We compared the long-term clinical and ultrasonographic effects of radial extracorporeal shockwave therapy (rESWT) versus ultrasound-guided corticosteroid injection treatment in patients with plantar fasciitis unresponsive to conservative therapy.
Seventy-two patients with unilateral plantar fasciitis were randomized to receive either rESWT (three times once per week) (n = 36) or corticosteroid treatment (a single 1-mL dose of betamethasone sodium plus 0.5 mL of prilocaine under ultrasound guidance by injection into the plantar fascia) (n = 36). The primary outcome measures were visual analog scale (VAS) and Foot Function Index (FFI) scores. Secondary outcome measures included the heel tenderness index (HTI) score and plantar fascia thickness (PFT) as obtained by ultrasound examination. All of the assessments were performed at baseline and 1, 3, and 6 months after treatment.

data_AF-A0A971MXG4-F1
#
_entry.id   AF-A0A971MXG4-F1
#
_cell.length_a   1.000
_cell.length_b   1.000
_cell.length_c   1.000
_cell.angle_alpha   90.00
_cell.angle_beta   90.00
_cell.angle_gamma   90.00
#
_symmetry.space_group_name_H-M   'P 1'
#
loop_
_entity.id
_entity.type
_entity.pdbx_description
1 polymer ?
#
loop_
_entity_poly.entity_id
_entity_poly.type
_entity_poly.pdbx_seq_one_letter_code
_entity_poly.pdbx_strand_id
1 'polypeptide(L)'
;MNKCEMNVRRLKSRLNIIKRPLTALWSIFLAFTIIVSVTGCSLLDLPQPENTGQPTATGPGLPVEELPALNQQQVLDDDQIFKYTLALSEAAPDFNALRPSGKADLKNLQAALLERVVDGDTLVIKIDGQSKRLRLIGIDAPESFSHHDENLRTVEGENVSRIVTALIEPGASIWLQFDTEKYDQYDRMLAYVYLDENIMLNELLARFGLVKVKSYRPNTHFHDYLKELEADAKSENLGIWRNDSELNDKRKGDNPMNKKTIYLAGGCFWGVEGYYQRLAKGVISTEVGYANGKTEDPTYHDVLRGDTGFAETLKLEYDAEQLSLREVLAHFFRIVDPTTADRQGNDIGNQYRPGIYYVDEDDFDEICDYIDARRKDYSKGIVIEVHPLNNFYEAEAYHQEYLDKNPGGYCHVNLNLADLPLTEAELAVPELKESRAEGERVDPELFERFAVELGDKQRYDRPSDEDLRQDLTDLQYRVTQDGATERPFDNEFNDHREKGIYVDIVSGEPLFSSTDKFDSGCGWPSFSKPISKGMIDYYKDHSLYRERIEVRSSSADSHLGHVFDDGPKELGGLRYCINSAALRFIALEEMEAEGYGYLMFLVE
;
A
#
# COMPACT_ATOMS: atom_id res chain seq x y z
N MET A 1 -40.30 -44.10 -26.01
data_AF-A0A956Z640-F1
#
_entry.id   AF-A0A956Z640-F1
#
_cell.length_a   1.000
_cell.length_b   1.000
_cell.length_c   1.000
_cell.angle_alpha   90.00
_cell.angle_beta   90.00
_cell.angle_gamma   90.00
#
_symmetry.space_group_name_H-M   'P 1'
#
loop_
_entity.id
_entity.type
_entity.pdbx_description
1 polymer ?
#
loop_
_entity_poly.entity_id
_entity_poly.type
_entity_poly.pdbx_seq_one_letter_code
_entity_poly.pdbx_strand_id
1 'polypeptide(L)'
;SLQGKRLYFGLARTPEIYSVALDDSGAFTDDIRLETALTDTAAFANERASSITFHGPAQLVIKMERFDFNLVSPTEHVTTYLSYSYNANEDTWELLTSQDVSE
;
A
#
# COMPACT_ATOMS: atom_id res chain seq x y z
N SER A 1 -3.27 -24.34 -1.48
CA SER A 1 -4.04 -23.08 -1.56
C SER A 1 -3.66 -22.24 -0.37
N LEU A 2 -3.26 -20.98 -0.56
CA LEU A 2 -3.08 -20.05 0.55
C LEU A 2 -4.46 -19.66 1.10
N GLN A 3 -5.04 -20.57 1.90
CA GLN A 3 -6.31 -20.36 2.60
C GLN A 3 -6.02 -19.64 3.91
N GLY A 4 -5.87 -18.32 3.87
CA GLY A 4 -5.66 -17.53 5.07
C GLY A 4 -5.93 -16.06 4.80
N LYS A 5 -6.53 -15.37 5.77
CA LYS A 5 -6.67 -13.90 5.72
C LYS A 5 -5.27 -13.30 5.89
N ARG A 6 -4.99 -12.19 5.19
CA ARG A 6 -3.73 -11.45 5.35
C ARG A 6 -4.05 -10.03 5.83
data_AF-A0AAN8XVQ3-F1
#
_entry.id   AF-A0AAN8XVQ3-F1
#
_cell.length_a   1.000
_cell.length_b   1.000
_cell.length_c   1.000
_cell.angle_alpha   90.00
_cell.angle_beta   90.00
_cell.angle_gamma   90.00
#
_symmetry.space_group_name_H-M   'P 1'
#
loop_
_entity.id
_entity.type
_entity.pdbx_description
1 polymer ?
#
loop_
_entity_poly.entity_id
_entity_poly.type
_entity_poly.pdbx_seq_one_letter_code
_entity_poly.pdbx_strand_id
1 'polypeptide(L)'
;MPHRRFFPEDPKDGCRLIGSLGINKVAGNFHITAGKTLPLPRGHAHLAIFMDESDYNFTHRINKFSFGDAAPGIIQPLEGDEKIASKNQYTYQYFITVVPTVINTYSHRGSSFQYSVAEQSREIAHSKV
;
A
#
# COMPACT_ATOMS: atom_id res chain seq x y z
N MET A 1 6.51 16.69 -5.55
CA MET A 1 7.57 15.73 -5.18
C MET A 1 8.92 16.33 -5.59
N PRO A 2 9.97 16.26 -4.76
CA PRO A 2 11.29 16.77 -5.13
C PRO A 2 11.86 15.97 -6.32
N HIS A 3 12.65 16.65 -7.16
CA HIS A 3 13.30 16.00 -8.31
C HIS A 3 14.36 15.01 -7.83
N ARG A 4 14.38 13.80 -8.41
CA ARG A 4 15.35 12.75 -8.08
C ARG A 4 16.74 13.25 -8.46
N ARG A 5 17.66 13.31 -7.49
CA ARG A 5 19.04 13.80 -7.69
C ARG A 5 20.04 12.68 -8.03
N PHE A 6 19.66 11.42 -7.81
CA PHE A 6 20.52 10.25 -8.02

Significant improvements were observed in the rESWT group in VAS, HTI, and FFI scores and PFT at the end of treatment and were maintained during follow-up. Posttreatment improvements in VAS, HTI, and FFI scores and PFT were also seen in the corticosteroid group but were not maintained for VAS and FFI scores after the completion of therapy and were lost at 1 and 6 months, respectively. No serious treatment-related complications occurred.
Both rESWT and corticosteroid injection therapy are effective modalities for treatment of chronic plantar fasciitis. However, rESWT seems to be superior to corticosteroid injection therapy due to its longer duration of action.
Background: The aim of this study was to evaluate the results of high-dose extracorporeal shockwave therapy applied with an ankle block and corticosteroid injection in patients with plantar fasciitis whose symptoms persisted for more than 6 months.